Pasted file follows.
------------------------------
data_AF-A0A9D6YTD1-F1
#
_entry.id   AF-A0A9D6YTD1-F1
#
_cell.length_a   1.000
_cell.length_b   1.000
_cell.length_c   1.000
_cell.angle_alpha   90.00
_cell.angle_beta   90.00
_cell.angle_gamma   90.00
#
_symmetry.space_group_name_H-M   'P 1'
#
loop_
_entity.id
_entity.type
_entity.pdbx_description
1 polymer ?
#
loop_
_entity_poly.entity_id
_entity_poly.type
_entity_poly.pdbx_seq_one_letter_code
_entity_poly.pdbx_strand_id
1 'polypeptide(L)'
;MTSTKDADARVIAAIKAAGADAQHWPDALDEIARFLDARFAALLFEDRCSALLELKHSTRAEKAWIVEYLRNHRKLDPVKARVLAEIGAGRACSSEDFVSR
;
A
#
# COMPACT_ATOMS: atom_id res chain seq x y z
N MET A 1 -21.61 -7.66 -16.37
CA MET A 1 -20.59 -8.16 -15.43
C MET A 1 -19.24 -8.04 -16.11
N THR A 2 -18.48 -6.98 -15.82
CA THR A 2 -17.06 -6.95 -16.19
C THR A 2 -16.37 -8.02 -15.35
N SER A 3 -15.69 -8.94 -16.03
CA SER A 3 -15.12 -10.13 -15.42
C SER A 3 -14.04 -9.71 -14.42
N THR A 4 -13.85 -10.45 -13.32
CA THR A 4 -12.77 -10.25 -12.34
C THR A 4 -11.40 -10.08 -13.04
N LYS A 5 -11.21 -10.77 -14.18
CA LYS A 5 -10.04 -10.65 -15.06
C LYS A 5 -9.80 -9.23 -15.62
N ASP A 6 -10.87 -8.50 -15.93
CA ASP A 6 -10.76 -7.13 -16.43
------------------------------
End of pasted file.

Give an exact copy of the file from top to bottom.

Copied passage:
data_AF-A0A9D6YTD1-F1
#
_entry.id   AF-A0A9D6YTD1-F1
#
_cell.length_a   1.000
_cell.length_b   1.000
_cell.length_c   1.000
_cell.angle_alpha   90.00
_cell.angle_beta   90.00
_cell.angle_gamma   90.00
#
_symmetry.space_group_name_H-M   'P 1'
#
loop_
_entity.id
_entity.type
_entity.pdbx_description
1 polymer ?
#
loop_
_entity_poly.entity_id
_entity_poly.type
_entity_poly.pdbx_seq_one_letter_code
_entity_poly.pdbx_strand_id
1 'polypeptide(L)'
;MTSTKDADARVIAAIKAAGADAQHWPDALDEIARFLDARFAALLFEDRCSALLELKHSTRAEKAWIVEYLRNHRKLDPVKARVLAEIGAGRACSSEDFVSR
;
A
#
# COMPACT_ATOMS: atom_id res chain seq x y z
N MET A 1 -21.61 -7.66 -16.37
CA MET A 1 -20.59 -8.16 -15.43
C MET A 1 -19.24 -8.04 -16.11
N THR A 2 -18.48 -6.98 -15.82
CA THR A 2 -17.06 -6.95 -16.19
C THR A 2 -16.37 -8.02 -15.35
N SER A 3 -15.69 -8.94 -16.03
CA SER A 3 -15.12 -10.13 -15.42
C SER A 3 -14.04 -9.71 -14.42
N THR A 4 -13.85 -10.45 -13.32
CA THR A 4 -12.77 -10.25 -12.34
C THR A 4 -11.40 -10.08 -13.04
N LYS A 5 -11.21 -10.77 -14.18
CA LYS A 5 -10.04 -10.65 -15.06
C LYS A 5 -9.80 -9.23 -15.62
N ASP A 6 -10.87 -8.50 -15.93
CA ASP A 6 -10.76 -7.13 -16.43